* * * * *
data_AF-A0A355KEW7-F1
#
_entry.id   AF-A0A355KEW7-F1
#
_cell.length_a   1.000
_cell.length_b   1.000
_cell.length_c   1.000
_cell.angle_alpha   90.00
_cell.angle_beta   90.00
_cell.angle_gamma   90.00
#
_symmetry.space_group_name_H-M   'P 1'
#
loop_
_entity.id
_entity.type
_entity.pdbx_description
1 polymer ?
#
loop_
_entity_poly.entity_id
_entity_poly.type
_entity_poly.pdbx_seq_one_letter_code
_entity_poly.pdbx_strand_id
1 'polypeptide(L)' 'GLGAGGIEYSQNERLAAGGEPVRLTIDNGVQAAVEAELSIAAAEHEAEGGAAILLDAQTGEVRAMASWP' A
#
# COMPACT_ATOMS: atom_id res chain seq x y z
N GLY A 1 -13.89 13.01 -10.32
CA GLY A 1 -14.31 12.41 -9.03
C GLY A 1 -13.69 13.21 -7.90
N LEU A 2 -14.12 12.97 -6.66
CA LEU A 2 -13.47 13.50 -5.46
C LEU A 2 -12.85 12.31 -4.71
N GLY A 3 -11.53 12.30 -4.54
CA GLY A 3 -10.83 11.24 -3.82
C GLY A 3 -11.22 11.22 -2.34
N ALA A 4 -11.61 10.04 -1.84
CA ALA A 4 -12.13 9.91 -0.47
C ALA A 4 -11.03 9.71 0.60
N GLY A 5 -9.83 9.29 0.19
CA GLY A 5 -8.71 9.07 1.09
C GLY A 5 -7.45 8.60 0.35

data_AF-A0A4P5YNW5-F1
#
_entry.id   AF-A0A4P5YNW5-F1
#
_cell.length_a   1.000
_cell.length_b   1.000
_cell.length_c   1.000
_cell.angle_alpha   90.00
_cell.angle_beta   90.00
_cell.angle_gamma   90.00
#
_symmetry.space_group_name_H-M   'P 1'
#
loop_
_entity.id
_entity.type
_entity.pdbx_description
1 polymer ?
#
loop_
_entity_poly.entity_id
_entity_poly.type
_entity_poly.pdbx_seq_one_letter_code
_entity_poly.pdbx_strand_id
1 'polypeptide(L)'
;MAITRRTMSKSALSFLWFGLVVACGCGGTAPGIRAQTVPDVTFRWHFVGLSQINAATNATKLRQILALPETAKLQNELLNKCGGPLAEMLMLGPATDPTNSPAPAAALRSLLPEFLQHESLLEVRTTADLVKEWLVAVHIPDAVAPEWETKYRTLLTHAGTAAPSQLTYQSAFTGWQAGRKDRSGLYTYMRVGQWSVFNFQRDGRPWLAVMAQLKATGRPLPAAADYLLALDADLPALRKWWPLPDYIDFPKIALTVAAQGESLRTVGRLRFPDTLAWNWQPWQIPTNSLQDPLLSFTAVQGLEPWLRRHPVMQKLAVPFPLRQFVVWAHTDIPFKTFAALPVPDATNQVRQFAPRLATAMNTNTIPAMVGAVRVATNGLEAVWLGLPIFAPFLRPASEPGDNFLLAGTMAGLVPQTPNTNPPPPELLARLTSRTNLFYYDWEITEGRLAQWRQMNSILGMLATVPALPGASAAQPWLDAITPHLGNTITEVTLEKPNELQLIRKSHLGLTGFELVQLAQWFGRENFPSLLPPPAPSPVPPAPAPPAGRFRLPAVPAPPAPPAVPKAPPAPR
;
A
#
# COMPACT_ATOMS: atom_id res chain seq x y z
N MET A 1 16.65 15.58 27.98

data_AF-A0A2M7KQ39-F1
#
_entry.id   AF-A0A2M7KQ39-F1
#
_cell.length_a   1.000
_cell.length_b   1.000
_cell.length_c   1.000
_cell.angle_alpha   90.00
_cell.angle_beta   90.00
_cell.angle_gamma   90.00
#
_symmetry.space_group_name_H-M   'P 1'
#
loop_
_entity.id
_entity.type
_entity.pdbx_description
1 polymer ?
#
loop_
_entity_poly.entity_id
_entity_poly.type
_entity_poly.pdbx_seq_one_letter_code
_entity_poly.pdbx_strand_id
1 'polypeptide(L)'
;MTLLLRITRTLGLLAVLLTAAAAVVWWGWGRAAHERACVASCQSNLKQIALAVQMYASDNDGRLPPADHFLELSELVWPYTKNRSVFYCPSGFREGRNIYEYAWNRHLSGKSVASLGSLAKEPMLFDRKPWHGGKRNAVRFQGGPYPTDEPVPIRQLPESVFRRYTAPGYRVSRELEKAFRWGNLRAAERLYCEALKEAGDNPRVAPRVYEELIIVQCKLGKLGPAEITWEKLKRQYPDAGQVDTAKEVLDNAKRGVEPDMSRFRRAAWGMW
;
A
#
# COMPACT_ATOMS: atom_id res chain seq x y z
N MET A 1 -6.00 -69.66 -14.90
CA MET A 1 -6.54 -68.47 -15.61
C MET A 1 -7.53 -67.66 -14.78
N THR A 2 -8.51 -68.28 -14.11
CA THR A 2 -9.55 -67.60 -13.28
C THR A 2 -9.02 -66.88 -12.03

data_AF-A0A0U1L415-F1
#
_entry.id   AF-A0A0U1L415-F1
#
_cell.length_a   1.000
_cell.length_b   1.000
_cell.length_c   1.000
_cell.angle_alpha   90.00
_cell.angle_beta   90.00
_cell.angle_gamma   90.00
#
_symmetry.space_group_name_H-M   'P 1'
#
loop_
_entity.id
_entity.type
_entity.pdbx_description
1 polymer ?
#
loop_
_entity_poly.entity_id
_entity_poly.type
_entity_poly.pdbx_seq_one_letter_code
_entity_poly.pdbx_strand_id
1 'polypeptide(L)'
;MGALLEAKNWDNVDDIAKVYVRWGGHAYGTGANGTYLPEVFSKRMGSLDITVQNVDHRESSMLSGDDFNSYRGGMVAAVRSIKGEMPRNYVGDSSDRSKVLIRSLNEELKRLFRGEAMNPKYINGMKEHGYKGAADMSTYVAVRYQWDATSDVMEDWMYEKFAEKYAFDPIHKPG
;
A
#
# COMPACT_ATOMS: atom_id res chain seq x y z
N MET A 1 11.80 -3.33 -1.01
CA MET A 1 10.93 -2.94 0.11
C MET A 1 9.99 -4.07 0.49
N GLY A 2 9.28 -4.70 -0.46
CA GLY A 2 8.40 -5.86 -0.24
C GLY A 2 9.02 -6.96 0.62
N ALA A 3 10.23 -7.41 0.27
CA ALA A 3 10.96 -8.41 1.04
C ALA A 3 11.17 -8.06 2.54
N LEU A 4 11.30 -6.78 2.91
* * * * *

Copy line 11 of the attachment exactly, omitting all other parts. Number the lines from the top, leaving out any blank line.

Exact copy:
#